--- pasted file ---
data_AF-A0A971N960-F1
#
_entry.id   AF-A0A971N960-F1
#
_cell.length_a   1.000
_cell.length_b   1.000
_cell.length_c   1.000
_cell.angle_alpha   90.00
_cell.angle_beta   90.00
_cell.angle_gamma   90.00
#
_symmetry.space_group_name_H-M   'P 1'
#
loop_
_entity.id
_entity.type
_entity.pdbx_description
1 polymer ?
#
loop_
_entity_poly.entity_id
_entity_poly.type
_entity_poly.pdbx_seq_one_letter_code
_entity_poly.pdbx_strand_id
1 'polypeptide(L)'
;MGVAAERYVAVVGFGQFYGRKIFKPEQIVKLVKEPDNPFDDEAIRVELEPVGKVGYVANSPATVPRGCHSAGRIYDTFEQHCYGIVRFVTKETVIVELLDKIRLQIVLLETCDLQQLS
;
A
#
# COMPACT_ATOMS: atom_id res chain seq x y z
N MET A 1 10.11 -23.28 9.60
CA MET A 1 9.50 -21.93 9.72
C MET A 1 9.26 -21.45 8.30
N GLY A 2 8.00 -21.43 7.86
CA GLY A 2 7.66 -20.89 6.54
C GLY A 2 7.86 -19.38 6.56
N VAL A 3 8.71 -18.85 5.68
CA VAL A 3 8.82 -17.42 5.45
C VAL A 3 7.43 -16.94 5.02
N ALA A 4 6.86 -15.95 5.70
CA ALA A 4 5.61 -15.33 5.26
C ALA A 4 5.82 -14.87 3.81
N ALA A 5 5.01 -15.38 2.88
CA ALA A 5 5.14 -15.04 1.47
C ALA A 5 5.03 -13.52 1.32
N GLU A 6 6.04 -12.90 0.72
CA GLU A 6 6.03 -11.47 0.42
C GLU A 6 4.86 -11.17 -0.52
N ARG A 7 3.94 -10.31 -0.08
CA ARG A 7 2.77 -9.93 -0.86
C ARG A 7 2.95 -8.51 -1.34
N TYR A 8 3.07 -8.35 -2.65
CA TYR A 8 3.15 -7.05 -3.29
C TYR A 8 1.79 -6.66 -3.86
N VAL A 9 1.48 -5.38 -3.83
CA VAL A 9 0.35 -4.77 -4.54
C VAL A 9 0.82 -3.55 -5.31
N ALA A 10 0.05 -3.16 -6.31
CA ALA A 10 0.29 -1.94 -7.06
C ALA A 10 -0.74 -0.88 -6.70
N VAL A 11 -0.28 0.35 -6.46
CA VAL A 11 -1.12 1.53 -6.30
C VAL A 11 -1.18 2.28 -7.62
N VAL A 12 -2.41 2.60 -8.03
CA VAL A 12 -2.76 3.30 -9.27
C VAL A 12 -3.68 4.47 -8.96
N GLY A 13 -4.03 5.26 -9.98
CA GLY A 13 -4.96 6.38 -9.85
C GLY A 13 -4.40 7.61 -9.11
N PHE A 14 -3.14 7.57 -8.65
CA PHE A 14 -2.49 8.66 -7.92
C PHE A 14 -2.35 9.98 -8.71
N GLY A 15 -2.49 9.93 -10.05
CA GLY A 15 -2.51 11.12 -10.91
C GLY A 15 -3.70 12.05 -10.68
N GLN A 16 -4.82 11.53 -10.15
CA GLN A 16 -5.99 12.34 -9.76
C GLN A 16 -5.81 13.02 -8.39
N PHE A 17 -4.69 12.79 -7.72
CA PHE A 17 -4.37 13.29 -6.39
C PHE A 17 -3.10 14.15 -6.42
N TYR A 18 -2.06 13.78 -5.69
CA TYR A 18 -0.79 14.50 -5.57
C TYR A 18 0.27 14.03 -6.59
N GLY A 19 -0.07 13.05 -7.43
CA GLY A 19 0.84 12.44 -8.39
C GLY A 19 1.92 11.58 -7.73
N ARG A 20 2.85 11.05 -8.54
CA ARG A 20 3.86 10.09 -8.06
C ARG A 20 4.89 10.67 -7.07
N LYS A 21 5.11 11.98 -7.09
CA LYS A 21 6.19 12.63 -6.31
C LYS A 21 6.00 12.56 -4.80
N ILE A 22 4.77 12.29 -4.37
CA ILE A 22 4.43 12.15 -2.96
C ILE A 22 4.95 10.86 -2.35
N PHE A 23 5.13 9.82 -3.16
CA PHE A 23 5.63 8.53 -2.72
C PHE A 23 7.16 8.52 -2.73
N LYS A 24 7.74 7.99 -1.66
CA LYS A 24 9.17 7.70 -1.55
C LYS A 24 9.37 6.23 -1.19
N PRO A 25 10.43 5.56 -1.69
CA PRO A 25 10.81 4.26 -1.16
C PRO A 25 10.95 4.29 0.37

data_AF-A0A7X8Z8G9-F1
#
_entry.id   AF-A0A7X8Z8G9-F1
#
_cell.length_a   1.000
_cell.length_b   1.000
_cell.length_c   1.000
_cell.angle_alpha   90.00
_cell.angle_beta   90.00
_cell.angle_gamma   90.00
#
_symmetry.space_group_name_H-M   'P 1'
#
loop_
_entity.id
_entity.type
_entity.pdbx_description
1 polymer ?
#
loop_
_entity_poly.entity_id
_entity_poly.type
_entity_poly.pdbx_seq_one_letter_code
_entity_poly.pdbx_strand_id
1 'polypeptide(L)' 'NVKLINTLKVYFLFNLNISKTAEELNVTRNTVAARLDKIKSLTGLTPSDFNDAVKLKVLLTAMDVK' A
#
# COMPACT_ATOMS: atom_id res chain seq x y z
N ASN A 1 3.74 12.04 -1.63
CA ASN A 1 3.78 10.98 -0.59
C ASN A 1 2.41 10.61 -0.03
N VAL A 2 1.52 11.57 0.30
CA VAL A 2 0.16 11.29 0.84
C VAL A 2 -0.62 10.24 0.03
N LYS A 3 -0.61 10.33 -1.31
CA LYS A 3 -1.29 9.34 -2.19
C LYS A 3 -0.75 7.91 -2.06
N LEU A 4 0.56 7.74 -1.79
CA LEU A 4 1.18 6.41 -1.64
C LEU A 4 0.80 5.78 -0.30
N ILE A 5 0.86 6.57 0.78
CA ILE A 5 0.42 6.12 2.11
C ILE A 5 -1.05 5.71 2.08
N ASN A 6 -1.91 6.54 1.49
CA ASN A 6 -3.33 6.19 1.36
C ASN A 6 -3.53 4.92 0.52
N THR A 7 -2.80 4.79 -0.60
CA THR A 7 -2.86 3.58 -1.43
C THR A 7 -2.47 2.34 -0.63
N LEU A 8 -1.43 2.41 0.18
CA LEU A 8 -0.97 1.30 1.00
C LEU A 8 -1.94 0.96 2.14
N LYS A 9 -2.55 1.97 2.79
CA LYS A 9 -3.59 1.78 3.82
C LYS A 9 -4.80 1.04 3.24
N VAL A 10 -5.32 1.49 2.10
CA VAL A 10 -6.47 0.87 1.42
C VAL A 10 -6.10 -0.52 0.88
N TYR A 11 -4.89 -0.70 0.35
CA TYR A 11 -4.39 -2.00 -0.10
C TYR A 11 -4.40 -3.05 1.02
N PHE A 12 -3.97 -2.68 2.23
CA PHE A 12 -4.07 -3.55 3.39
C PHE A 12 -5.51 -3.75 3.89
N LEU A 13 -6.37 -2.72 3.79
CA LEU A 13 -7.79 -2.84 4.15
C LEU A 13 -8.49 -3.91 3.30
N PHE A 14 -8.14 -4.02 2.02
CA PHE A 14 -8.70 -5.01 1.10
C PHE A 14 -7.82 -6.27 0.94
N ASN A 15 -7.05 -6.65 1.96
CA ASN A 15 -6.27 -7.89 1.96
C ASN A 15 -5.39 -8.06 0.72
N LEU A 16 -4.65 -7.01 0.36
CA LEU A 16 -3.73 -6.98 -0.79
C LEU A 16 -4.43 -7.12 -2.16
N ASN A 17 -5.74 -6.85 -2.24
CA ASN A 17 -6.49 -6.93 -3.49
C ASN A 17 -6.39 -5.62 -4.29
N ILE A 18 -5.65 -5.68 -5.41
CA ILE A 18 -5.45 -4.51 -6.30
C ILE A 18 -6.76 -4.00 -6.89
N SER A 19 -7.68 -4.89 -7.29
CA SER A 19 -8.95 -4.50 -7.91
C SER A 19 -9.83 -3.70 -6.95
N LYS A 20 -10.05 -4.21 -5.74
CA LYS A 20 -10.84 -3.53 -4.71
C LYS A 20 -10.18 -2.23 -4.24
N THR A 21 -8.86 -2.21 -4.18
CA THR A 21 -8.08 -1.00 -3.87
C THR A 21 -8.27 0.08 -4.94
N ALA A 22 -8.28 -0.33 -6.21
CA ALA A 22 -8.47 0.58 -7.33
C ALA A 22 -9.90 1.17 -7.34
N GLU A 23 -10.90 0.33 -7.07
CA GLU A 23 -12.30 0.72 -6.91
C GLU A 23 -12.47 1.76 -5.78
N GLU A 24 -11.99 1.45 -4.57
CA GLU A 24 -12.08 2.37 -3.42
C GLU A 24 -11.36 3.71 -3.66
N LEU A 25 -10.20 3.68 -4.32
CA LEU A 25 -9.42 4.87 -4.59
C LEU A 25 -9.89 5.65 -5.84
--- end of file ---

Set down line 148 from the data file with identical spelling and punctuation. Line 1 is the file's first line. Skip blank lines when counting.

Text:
N ASN A 6 -1.91 6.54 1.49